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Wasps And Hornets

Bee and wasp stings

A bee or wasp sting results in local pain, swelling, redness and itching for most persons. To minimize the sting, a poultice of meat tenderizer or salt can be applied to the site as soon as possible after the incident and left on for about 30 minutes. Use about 0.5 teaspoon mixed with enough water to produce a paste. Commercial swabs are available that do about the same thing.

Some people may react violently if they are stung. Symptoms can include difficulty in breathing, dizziness and nausea, as well as the more common symptoms listed above. With severe reactions, medical attention is needed. Anyone with a history of hypersensitive reactions should have a sting emergency kit available and should wear a medical alert bracelet or other alert item. Consult your physician about desensitization treatments.

Yellowjackets


Yellowjackets are named after their yellow-and-black-striped body markings. Worker yellowjackets are about 0.5 inch long. Their nests consist of multilayered combs surrounded by a paper shell. The eastern yellowjacket and the southern yellowjacket usually build their nests in underground holes and only occasionally in aboveground cavities. The German yellowjacket almost always nests in aboveground cavities. A large nest usually is about the size of a basketball. In late summer, nests may contain up to 5,000 workers.
In late summer, colonies produce a group of new queens and males. After mating, these new queens go into hibernation and those surviving start new colonies the following spring. The rest of the colony does not survive the winter. Old nests are not reused.


All yellowjackets will aggressively defend their nests, but this aggressiveness increases in late summer and fall. Because yellowjackets forage for meats, sweets, ripe fruit and garbage, they pose a threat to humans even when they are not near their nests. They are usually a problem in picnic areas and orchards and around garbage containers.


Control of yellowjackets
Individual yellowjacket foragers are a difficult problem. A single wasp in an automobile can be gently pushed out an open window using an object such as a folded newspaper. A single yellowjacket on the lip of a soft drink container also should be gently coaxed away. Never swat a wasp, particularly while it is on your skin -- that may prompt a sting. Good sanitation practices in picnic areas are essential. All food garbage and empty beverage cans should be placed in containers with tight-fitting lids.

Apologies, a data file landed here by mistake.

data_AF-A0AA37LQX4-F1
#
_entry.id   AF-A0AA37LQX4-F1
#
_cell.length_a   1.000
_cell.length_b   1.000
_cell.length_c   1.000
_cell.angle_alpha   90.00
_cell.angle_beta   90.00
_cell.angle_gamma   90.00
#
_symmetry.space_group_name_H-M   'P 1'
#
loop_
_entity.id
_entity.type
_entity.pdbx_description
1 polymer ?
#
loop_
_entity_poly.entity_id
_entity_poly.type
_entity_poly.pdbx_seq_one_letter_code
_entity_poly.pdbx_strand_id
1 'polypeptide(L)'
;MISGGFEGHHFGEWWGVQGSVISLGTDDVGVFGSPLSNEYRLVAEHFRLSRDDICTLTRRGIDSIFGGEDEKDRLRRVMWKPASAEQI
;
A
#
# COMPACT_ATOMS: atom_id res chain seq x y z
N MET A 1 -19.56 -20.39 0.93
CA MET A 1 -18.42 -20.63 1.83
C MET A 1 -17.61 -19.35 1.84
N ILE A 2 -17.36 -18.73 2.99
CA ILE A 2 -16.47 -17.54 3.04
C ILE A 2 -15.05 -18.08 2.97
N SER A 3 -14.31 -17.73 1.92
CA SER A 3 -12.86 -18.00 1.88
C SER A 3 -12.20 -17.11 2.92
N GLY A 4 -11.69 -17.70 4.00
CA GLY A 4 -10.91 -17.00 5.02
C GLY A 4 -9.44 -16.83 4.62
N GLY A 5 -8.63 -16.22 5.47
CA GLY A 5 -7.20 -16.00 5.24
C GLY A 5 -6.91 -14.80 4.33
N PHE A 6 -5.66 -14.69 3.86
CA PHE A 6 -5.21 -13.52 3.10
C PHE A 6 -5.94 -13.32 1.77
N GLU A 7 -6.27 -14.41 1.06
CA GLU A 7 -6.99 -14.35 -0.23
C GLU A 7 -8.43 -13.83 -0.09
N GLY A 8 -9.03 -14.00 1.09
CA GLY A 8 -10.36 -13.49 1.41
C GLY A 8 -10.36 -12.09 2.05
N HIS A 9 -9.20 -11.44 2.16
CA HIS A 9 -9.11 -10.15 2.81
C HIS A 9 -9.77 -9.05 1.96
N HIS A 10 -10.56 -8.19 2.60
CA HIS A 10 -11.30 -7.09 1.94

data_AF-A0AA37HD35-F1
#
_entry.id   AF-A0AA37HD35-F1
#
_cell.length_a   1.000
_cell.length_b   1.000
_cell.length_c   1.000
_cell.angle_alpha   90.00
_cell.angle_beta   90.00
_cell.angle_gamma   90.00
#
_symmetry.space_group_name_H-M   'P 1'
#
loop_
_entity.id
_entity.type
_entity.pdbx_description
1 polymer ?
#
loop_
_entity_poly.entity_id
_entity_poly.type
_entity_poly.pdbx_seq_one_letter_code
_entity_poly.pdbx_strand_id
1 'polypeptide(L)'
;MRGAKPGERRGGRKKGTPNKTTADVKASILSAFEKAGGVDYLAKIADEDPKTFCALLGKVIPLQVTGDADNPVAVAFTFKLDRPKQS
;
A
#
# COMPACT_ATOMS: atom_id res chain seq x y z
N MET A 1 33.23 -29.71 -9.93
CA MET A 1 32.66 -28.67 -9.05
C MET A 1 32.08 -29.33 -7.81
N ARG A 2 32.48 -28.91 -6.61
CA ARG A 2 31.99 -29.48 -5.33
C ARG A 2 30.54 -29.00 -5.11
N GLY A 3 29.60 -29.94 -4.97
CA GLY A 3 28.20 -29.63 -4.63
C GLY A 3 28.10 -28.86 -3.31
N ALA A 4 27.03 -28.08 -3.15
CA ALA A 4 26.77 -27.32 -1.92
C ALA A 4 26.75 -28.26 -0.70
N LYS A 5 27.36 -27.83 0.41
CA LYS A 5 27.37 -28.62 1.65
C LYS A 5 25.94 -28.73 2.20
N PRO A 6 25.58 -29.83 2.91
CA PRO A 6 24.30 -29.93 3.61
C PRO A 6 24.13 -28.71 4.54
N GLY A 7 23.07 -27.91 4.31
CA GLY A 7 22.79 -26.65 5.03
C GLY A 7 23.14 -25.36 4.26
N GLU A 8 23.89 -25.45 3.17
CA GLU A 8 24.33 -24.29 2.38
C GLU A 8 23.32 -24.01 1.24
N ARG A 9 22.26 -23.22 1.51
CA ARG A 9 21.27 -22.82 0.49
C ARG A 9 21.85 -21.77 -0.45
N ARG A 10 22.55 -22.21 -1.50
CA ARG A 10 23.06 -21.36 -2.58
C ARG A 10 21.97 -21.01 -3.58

Bald Faced Hornets

The bald-faced hornet, is about 0.7 inch long and is black with whitish markings. It is technically a yellowjacket but builds a distinctive pear-shaped, basketball-sized nest covered with grayish paper like material.

It usually constructs its nest in a tree or shrub or under the eave of a building. Some people have tried to remove these nests by suddenly covering them with a plastic trash bag, tying it tightly to the branch, and then sawing the branch off. Don’t do it! Bald-faced hornets can escape from trash bags with ease.


Paper wasps

Several species of paper wasps of the genus Polistes occur in Kansas All are about 0.7 to 1.0 inch long, slender and variously colored with brown, red and yellow. They build their single-comb unprotected nest from the eaves or porches of buildings or other sheltered locations. As with all the other wasps, only the female queen survives the winter to start new colonies in the spring.

Paper wasps are not as aggressive as yellowjackets or hornets in defense of their nest. These nests should be eliminated only if they are located near human activity. To do so, spray with a pressurized spray stream as described above for the bald-faced hornet. Return a few hours later and remove the nest to discourage others from nesting there.


Mud dauber wasps

Mud daubers are solitary wasps of the family Sphecidae. They vary in length from 0.5 to 1.25 inches and are very slender with threadlike waists. They build mud nests in sheltered areas. These nests are tube like cells often positioned side by side.
The female wasp stocks the nest with insects or spiders that she has captured and stung into paralysis. After laying an egg on the prey, that cell is closed and she starts on the next cell.


Mud daubers overwinter as larvae in the mud nests. One of Kansas's most common species is the black and yellow Sceliphron caementarium. A related common species, Chalybion californicum, is metallic blue with bluish wings. It steals the nests of S. caementarium, replacing nest contents with its own spiders and eggs.


Mud daubers usually sting only when pinned against the skin. They are beneficial except for their unsightly mud nests, which often are placed around human habitation. Undesirable nests should be knocked down and the residual soil washed off with water and a brush. No insecticide treatments are necessary.


Cicada killer wasps

The cicada killer wasp is 1.5 to 2.0 inches long, and is brownish black with yellow markings on the abdomen and face. While their size is intimidating, cicada killers are not aggressive and will sting humans only if pinned against the skin.


The female digs a burrow in the soil. It captures cicadas, paralyzing them by stinging, and places them in the burrow. An egg is deposited on each cicada and that cell is closed off. Cicada killer wasps produce one generation per year, and the larvae spend the winter in the nest cell in the soil.
The only damage these wasps cause is the unsightly dirt piles dug out to create nests. The piles usually disappear with the first rain. Killing individual wasps is virtually impossible unless you spray them in the act of digging or soak the soil to kill developing larvae. Since cicada killers are so beneficial, control efforts are not recommended. If you feel control is necessary call Haley Pest Control.

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